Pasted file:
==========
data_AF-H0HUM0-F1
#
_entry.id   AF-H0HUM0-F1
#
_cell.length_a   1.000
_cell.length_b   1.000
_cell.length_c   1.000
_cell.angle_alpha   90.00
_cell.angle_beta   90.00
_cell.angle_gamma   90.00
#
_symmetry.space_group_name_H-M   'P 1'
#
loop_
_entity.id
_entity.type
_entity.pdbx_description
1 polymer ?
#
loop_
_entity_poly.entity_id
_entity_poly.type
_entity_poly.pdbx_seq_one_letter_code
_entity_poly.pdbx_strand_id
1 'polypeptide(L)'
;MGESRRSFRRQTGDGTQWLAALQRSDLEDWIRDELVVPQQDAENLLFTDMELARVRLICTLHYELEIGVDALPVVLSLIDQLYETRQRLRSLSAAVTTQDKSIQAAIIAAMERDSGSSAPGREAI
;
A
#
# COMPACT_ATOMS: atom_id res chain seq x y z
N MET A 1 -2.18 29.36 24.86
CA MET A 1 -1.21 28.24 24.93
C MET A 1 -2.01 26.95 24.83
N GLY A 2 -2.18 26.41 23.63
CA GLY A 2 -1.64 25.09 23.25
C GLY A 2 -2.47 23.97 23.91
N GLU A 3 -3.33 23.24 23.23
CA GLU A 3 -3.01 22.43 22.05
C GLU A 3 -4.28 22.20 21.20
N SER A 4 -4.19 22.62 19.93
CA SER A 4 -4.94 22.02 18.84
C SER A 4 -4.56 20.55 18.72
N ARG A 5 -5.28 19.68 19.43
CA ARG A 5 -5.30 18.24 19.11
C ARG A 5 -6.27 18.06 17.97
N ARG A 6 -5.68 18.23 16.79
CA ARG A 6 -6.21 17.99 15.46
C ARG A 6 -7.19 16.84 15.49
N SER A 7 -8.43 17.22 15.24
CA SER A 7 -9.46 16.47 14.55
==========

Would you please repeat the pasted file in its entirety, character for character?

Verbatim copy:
data_AF-H0HUM0-F1
#
_entry.id   AF-H0HUM0-F1
#
_cell.length_a   1.000
_cell.length_b   1.000
_cell.length_c   1.000
_cell.angle_alpha   90.00
_cell.angle_beta   90.00
_cell.angle_gamma   90.00
#
_symmetry.space_group_name_H-M   'P 1'
#
loop_
_entity.id
_entity.type
_entity.pdbx_description
1 polymer ?
#
loop_
_entity_poly.entity_id
_entity_poly.type
_entity_poly.pdbx_seq_one_letter_code
_entity_poly.pdbx_strand_id
1 'polypeptide(L)'
;MGESRRSFRRQTGDGTQWLAALQRSDLEDWIRDELVVPQQDAENLLFTDMELARVRLICTLHYELEIGVDALPVVLSLIDQLYETRQRLRSLSAAVTTQDKSIQAAIIAAMERDSGSSAPGREAI
;
A
#
# COMPACT_ATOMS: atom_id res chain seq x y z
N MET A 1 -2.18 29.36 24.86
CA MET A 1 -1.21 28.24 24.93
C MET A 1 -2.01 26.95 24.83
N GLY A 2 -2.18 26.41 23.63
CA GLY A 2 -1.64 25.09 23.25
C GLY A 2 -2.47 23.97 23.91
N GLU A 3 -3.33 23.24 23.23
CA GLU A 3 -3.01 22.43 22.05
C GLU A 3 -4.28 22.20 21.20
N SER A 4 -4.19 22.62 19.93
CA SER A 4 -4.94 22.02 18.84
C SER A 4 -4.56 20.55 18.72
N ARG A 5 -5.28 19.68 19.43
CA ARG A 5 -5.30 18.24 19.11
C ARG A 5 -6.27 18.06 17.97
N ARG A 6 -5.68 18.23 16.79
CA ARG A 6 -6.21 17.99 15.46
C ARG A 6 -7.19 16.84 15.49
N SER A 7 -8.43 17.22 15.24
CA SER A 7 -9.46 16.47 14.55